Solutions for the future: biosourced and biodegradable "bioplastics"?

Despite all the efforts to improve the collection and treatment infrastructure, leakage of plastic packaging into the environment cannot be completely eliminated - and even with a leakage rate of only 1 %, around one million tonnes of plastic packaging would leave the collection system and be dumped into the environment every year.
It is therefore essential to reduce the negative environmental impact of plastic packaging that escapes from collection and treatment systems either because it is not sorted or because it accidentally leaks into the environment. This means investing in the creation of new packaging that is harmless to the environment. Plastics that would ideally be biodegradable under natural conditions in soils and aquatic environments (seas and rivers).

" The idea is to manufacture plastics from a resource other than oil, such as plant co-products, which at the end of their life are biodegradable, i.e. capable of decomposing naturally without remaining in the environment for years and decades. "explains Stéphane Bruzaud (7). In other words, plastics that are both "bio-sourced" and "biodegradable".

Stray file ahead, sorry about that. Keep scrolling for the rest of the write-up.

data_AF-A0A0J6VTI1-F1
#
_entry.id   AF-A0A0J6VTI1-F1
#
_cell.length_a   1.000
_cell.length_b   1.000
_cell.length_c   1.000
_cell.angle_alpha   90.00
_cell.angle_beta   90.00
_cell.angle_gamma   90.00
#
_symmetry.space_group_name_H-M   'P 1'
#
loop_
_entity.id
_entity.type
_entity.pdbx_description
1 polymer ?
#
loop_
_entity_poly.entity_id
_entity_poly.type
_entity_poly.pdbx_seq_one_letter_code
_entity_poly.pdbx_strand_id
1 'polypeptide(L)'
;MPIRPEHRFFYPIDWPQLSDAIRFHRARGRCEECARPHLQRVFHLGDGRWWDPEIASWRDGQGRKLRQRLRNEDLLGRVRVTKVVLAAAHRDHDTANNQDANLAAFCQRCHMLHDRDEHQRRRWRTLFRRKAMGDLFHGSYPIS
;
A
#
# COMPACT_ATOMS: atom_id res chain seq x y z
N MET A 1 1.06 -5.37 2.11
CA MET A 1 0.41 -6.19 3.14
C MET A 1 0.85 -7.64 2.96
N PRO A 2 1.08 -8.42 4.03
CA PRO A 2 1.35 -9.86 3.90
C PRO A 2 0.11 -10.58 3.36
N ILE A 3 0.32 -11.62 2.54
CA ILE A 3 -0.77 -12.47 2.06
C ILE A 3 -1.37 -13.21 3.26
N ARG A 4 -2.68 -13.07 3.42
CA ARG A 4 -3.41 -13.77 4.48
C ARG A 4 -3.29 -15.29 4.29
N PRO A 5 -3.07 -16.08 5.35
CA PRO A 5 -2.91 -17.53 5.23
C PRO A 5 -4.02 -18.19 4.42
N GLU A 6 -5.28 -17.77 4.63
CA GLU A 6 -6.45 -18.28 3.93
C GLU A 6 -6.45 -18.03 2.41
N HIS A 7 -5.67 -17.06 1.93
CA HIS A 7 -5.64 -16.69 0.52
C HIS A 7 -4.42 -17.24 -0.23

Moreover, the use of renewable raw materials helps to preserve fossil resources and reduce carbon emissions both during the use phase and during the production phase.
What are bio-based plastics? These are plastics made from renewable biological resources, most often plant-based. The sources of raw materials are very varied: starch and sugars are extracted from potatoes, sugar cane, beet, corn, wheat, rice, etc. Vegetable oils can come from sunflowers, flax, soybeans or even palm or olive trees. Natural fibres such as cotton, jute, hemp and wood can also be used to make bio-based plastics, as well as proteins and lipids from the animal world, such as casein, whey, fat or gelatine.
The manufacture of plastics from vegetable raw materials is carried out using either chemical processes (hydrolysis, dehydration, etc.) or biotechnological processes (fermentation, extraction, etc.). Some polymers, such as PHAs, are thus produced from plant resources by bacteria.
Some bio-based polymers have a structure identical to that of fossil-based polymers (such as PE and PET from sugar cane for example) while others have an innovative structure, different from that of existing petrochemical polymers (such as PLA from starch). (8).